Possible two-stage hydrogen bomb seen 'game changer' for North Korea

SEOUL, Sept 3 (Reuters) - North Korea's claim of a successful hydrogen bomb test marks a major step in the isolated country's long-stated goal of developing a nuclear-tipped missile that puts the U.S. mainland within range, experts say.

North Korea conducted its sixth and most powerful nuclear test on Sunday, which it said was a successful detonation of an advanced hydrogen bomb, technically known as a two-stage thermonuclear device.

All of North Korea's six nuclear tests including the one on Sunday have taken place at its underground testing site in Punggye-ri, deep in mountainous terrain, and it is hard to independently verify the claims.

But experts who studied the impact of the earthquake caused by the explosion - measured by the U.S. Geological Survey at magnitude 6.3 - said there was enough strong evidence to suggest the reclusive state has either developed a hydrogen bomb or was getting very close.

The detonation produced 10 times more power than the fifth nuclear test a year ago, South Korean and Japanese officials said. NORSAR, a Norwegian earthquake monitoring agency, estimated the yield at 120 kilotons, significantly above the 15 kiloton "Little Boy" bomb dropped on Hiroshima and the 20 kiloton "Fat Man" dropped on Nagasaki at the end of World War Two.

9 PHOTOS
Kim Jong-Un inspects hydrogen bomb
See Gallery
Kim Jong-Un inspects hydrogen bomb
North Korean leader Kim Jong Un provides guidance on a nuclear weapons program in this undated photo released by North Korea's Korean Central News Agency (KCNA) in Pyongyang September 3, 2017. KCNA via REUTERS ATTENTION EDITORS - THIS PICTURE WAS PROVIDED BY A THIRD PARTY. REUTERS IS UNABLE TO INDEPENDENTLY VERIFY THE AUTHENTICITY, CONTENT, LOCATION OR DATE OF THIS IMAGE. NOT FOR SALE FOR MARKETING OR ADVERTISING CAMPAIGNS. NO THIRD PARTY SALES. NOT FOR USE BY REUTERS THIRD PARTY DISTRIBUTORS. SOUTH KOREA OUT. NO COMMERCIAL OR EDITORIAL SALES IN SOUTH KOREA. THIS PICTURE IS DISTRIBUTED EXACTLY AS RECEIVED BY REUTERS, AS A SERVICE TO CLIENTS.
North Korean leader Kim Jong Un provides guidance on a nuclear weapons program in this undated photo released by North Korea's Korean Central News Agency (KCNA) in Pyongyang September 3, 2017. KCNA via REUTERS ATTENTION EDITORS - THIS PICTURE WAS PROVIDED BY A THIRD PARTY. REUTERS IS UNABLE TO INDEPENDENTLY VERIFY THE AUTHENTICITY, CONTENT, LOCATION OR DATE OF THIS IMAGE. NOT FOR SALE FOR MARKETING OR ADVERTISING CAMPAIGNS. NO THIRD PARTY SALES. NOT FOR USE BY REUTERS THIRD PARTY DISTRIBUTORS. SOUTH KOREA OUT. NO COMMERCIAL OR EDITORIAL SALES IN SOUTH KOREA. THIS PICTURE IS DISTRIBUTED EXACTLY AS RECEIVED BY REUTERS, AS A SERVICE TO CLIENTS. TPX IMAGES OF THE DAY
North Korean leader Kim Jong Un provides guidance on a nuclear weapons program in this undated photo released by North Korea's Korean Central News Agency (KCNA) in Pyongyang September 3, 2017. KCNA via REUTERS ATTENTION EDITORS - THIS PICTURE WAS PROVIDED BY A THIRD PARTY. REUTERS IS UNABLE TO INDEPENDENTLY VERIFY THE AUTHENTICITY, CONTENT, LOCATION OR DATE OF THIS IMAGE. NOT FOR SALE FOR MARKETING OR ADVERTISING CAMPAIGNS. NO THIRD PARTY SALES. NOT FOR USE BY REUTERS THIRD PARTY DISTRIBUTORS. SOUTH KOREA OUT. NO COMMERCIAL OR EDITORIAL SALES IN SOUTH KOREA. THIS PICTURE IS DISTRIBUTED EXACTLY AS RECEIVED BY REUTERS, AS A SERVICE TO CLIENTS. TPX IMAGES OF THE DAY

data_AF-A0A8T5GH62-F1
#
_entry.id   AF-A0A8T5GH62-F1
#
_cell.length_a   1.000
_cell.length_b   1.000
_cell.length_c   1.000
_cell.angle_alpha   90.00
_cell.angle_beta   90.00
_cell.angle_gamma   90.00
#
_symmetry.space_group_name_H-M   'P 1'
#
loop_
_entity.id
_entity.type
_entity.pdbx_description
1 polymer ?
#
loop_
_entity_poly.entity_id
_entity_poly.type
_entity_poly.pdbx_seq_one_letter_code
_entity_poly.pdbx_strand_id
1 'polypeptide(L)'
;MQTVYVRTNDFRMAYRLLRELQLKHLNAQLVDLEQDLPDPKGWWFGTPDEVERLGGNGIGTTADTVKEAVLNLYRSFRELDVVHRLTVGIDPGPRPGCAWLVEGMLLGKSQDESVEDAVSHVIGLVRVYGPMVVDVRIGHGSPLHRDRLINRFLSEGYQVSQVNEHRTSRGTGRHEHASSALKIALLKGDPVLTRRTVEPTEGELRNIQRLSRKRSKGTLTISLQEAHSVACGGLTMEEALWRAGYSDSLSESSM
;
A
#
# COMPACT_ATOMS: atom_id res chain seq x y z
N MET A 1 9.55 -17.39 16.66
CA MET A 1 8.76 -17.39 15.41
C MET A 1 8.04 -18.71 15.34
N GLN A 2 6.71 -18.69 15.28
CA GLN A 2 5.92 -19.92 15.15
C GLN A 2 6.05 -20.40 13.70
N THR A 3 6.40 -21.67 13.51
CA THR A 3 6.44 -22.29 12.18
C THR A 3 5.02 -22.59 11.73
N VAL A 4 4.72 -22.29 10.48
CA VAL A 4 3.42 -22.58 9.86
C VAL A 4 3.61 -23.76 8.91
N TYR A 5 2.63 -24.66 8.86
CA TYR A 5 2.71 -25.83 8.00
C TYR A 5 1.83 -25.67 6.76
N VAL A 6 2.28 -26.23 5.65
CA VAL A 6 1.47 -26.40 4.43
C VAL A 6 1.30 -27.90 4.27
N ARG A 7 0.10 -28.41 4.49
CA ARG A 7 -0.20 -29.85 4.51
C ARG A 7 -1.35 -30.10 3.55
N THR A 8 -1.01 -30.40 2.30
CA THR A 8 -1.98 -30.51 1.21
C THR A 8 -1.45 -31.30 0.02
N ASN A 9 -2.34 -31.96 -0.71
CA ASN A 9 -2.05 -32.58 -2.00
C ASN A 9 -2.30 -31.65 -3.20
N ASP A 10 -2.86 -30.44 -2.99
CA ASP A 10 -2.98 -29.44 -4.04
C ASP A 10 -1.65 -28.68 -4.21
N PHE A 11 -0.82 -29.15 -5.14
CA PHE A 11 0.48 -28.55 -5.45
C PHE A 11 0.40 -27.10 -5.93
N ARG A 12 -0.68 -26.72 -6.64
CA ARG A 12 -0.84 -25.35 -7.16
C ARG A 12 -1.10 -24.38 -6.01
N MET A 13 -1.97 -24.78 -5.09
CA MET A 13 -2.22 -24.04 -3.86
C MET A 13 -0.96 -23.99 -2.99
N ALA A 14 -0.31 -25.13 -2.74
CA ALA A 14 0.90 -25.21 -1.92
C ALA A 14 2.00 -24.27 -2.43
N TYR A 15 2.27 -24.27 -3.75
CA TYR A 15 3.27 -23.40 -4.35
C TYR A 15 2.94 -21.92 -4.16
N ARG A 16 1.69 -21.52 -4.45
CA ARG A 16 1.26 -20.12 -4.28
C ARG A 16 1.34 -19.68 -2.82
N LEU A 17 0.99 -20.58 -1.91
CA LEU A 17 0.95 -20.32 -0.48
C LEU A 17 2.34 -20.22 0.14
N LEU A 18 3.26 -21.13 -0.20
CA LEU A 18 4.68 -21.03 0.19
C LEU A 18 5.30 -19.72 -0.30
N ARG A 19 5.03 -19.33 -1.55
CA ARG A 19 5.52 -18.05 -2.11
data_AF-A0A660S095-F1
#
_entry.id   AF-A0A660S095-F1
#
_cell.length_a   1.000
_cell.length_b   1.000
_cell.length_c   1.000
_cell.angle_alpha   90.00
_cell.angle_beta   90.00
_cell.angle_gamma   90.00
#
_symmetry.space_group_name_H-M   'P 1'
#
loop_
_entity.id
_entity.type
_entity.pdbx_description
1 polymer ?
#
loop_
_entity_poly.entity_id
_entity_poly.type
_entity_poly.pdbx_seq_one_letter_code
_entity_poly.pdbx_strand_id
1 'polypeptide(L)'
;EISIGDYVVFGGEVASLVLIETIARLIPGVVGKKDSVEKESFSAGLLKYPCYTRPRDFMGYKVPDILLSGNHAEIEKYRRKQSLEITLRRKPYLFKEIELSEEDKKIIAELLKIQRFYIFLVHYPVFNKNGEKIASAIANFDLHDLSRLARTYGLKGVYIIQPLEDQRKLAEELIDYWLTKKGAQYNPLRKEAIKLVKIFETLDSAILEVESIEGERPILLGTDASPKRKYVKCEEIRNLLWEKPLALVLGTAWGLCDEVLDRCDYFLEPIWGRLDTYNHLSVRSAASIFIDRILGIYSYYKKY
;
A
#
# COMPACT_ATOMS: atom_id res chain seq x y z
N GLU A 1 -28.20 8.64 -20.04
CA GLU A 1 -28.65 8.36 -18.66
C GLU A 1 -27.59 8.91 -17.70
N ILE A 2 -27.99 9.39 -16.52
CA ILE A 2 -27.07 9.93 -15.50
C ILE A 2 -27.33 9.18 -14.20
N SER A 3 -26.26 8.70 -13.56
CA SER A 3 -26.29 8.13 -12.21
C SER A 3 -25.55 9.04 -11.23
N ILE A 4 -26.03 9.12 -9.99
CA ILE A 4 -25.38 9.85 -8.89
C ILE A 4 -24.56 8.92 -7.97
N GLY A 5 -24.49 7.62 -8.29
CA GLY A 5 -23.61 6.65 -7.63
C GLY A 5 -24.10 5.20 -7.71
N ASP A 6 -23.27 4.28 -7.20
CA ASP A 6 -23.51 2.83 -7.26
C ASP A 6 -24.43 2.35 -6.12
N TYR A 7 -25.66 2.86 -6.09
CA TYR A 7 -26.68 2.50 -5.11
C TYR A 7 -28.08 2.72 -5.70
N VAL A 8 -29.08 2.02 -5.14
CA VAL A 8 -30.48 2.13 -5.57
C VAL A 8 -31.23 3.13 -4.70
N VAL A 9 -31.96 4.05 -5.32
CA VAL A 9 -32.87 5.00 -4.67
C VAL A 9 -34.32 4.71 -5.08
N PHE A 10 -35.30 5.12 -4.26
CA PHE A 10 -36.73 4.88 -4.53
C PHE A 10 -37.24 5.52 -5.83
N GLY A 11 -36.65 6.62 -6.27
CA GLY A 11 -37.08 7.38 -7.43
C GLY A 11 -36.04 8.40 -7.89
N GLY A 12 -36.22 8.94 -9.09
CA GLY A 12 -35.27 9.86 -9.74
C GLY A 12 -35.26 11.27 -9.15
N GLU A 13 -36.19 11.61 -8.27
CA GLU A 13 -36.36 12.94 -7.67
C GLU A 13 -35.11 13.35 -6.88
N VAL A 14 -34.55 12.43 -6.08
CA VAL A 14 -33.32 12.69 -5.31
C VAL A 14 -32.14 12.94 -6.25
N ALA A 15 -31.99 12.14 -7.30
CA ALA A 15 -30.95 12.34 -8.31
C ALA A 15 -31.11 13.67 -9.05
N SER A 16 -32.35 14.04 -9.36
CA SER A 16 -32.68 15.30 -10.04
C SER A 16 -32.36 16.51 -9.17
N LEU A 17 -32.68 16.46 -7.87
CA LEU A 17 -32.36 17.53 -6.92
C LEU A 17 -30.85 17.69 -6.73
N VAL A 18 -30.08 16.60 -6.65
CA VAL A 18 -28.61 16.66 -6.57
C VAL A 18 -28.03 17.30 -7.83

People walk past a street monitor showing North Korea's leader Kim Jong-Un in a news report about North Korea's nuclear test, in Tokyo, Japan, September 3, 2017. REUTERS/Toru Hanai
TOKYO, JAPAN - SEPTEMBER 03: Pedestrians walk past a monitor showing an image of North Korean leader Kim Jong-Un in a news program reporting on North Korea's 6th nuclear test on September 3, 2017 in Tokyo, Japan. South Korea, Japan and the U.S. detected an artificial earthquake from Kilju, northern Hamgyong Province of North Korea. State news agency KCNA announced Pyongyang have successfully carried out a test of a hydrogen bomb, which could be loaded to the Intercontinental Ballistic Missile (ICBM) missile. (Photo by Tomohiro Ohsumi/Getty Images)
Residents look up at a big video screen on Mirae Scientists Street in Pyongyang showing the image of a document signed by North Korean leader Kim Jong-Un to carry out a hydrogen bomb test on September 3, 2017. North Korea declared itself a thermonuclear power on September 3, after carrying out a sixth nuclear test more powerful than any it has previously detonated, presenting President Donald Trump with a potent challenge. / AFP PHOTO / KIM Won-Jin (Photo credit should read KIM WON-JIN/AFP/Getty Images)
Residents watch a big video screen on Mirae Scientists Street in Pyongyang showing newsreader Ri Chun-Hee as she announces the news that the country has successfully tested a hydrogen bomb on September 3, 2017. North Korea declared itself a thermonuclear power on September 3, after carrying out a sixth nuclear test more powerful than any it has previously detonated, presenting President Donald Trump with a potent challenge. / AFP PHOTO / KIM Won-Jin (Photo credit should read KIM WON-JIN/AFP/Getty Images)